FacebookTwitterRedditEmail

Taliban Prisoners on Bin Laden

If there is one place on earth where the news of the attacks in America was greeted with total enthusiasm it was among the 300 Taliban prisoners of war held in a jail in the depths of the Panjshir Valley.

“To my mind what happened in New York and Washington was very good work,” said Ali Akbar, an intense-looking man in his mid-20s with a black beard and a white skullcap, who joined the Taliban and was captured in fighting at the mouth of the Panjshir two years ago. “I believe all the enemies of Islam are thirsting to destroy Islam. It is the right of Muslims to defend themselves,” he said.

Ali Akbar, formerly a timber merchant in Pakistan, was sitting in a large cell crowded with some 50 Taliban prisoners in Barak prison. Aside from himself he said the other prisoners in the room were Afghans and all “were glad and happy” about the attacks. They had heard about them from guards because they were forbidden to have radios or newspapers.

Barak Prison is a strange and rather sinister place. Other parts of the Panjshir are beautiful with green fields and water meadows. At Barak, however, nothing grows and the sides of the valley are broken shale and grey rock. But the entrance to Barak prison must be unique among penitentiaries of the world. The only access is over a bridge across the fast-flowing Panjshir river. But the prison authorities, presumably as a security measure, have removed part of the corrugated metal, which is the surface of the bridge. This meant that we had to clamber for some yards hand over hand along the metal struts 20 feet above the torrents below.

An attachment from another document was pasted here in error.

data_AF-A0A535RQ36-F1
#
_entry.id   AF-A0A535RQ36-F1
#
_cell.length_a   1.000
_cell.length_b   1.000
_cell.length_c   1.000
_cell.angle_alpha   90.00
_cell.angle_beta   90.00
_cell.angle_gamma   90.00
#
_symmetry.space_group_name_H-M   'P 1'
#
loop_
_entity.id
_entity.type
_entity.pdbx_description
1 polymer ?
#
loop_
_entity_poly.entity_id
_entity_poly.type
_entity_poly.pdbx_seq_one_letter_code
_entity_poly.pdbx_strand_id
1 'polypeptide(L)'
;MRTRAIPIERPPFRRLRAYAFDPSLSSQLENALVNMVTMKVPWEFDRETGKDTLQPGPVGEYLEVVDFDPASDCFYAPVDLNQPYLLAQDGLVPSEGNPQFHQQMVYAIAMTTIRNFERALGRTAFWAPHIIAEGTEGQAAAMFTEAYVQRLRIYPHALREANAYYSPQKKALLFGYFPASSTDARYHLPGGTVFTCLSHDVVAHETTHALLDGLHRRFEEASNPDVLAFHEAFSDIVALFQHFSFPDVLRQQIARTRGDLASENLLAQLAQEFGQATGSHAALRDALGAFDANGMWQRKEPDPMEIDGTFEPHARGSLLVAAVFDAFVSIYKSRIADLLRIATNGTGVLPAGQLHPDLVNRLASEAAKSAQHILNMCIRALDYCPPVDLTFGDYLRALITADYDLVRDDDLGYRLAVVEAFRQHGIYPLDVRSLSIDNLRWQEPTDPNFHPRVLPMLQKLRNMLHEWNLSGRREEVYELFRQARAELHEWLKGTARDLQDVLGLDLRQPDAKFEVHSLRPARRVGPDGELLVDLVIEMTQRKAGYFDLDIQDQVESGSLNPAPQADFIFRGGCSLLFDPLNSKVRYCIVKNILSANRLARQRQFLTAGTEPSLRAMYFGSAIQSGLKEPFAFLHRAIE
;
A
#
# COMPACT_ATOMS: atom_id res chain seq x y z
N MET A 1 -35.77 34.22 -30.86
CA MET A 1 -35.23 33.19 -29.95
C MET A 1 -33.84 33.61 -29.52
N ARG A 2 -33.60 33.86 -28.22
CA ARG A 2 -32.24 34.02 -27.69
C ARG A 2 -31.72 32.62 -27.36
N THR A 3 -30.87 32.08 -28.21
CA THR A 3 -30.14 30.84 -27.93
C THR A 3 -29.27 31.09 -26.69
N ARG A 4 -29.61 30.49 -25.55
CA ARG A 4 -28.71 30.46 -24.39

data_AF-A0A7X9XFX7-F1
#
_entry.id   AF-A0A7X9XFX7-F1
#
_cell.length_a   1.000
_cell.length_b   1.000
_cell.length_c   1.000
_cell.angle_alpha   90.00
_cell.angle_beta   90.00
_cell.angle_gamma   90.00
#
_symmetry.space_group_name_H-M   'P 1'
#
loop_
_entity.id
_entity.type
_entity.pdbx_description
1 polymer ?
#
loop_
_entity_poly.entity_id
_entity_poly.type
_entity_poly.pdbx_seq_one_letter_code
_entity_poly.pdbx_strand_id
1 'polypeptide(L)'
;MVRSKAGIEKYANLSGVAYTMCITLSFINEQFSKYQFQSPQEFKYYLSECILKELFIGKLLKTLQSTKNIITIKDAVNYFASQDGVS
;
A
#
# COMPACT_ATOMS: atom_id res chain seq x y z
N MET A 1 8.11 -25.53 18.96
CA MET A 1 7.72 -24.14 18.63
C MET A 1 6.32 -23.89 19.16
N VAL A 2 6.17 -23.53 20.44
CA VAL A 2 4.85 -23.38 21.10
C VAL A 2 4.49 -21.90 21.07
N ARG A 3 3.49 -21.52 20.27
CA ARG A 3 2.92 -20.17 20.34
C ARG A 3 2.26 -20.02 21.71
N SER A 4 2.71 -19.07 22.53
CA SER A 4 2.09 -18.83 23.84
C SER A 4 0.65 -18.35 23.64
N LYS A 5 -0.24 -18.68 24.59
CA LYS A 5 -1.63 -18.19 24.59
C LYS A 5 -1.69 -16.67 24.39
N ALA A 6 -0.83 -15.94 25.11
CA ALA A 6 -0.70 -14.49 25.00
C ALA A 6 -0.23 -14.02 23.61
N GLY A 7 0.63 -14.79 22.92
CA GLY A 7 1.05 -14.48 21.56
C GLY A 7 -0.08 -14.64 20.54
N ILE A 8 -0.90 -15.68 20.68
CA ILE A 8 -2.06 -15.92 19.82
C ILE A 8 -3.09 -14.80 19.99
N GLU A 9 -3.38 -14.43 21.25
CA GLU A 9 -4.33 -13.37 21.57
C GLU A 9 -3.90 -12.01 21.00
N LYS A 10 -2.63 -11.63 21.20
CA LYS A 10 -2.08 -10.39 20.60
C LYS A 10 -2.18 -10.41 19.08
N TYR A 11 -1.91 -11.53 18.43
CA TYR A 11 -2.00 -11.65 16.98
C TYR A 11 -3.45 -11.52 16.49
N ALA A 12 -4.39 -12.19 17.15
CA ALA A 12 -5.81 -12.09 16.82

Any interviews with the inmates, while the prison authorities are present, must carry a health warning for the reader. We were invited by the foreign ministry of the Northern Alliance, the opposition grouping that controls the Panjshir. We would not have got in without their permission. Obviously prisoners may be under pressure from the prison authorities to say or not say various things and are vulnerable to punishment if they do not comply. In this case there was no sign of the prisoners being intimidated. When I asked Ali Akbar if he and the others had been threatened he said: “We are not frightened of anybody. Our views come from the heart.” Probably the reason for the officially arranged visit was that the Northern Alliance wants the world to hear members of the Taliban endorse the attacks on America and express support for Osama bin Laden. They may also have wanted to show that the 19 Pakistanis among the prisoners play a leadership role.

The Pakistanis did seem to be the most ideologically committed and best educated. In the prison yard we met Salahudin Khalid, a cheerful man with thick pebble glasses who smiled easily. He said he was born in Baluchistan 27 years ago and had joined the Taliban through a Pakistani religious party called Harrakatul Mujahedin after studying Islamic law at the Punjab University in Lahore. He led a unit of 34 Taliban, which was surrounded by National Alliance forces in a battle in 1996.

He freely endorsed what Ali Akbar had said about the attacks in the US. “What they did against the World Trade Centre was very good,” he said. We asked about the dead civilians. He replied: “They were political persons. They were not boys or girls.” In fairness, with limited information from the outside world Salahudin Khalid probably knows little about the 6,000 dead in New York. But he gave the impression that, even if he knew every detail of the victims, his opinions would not have been much different.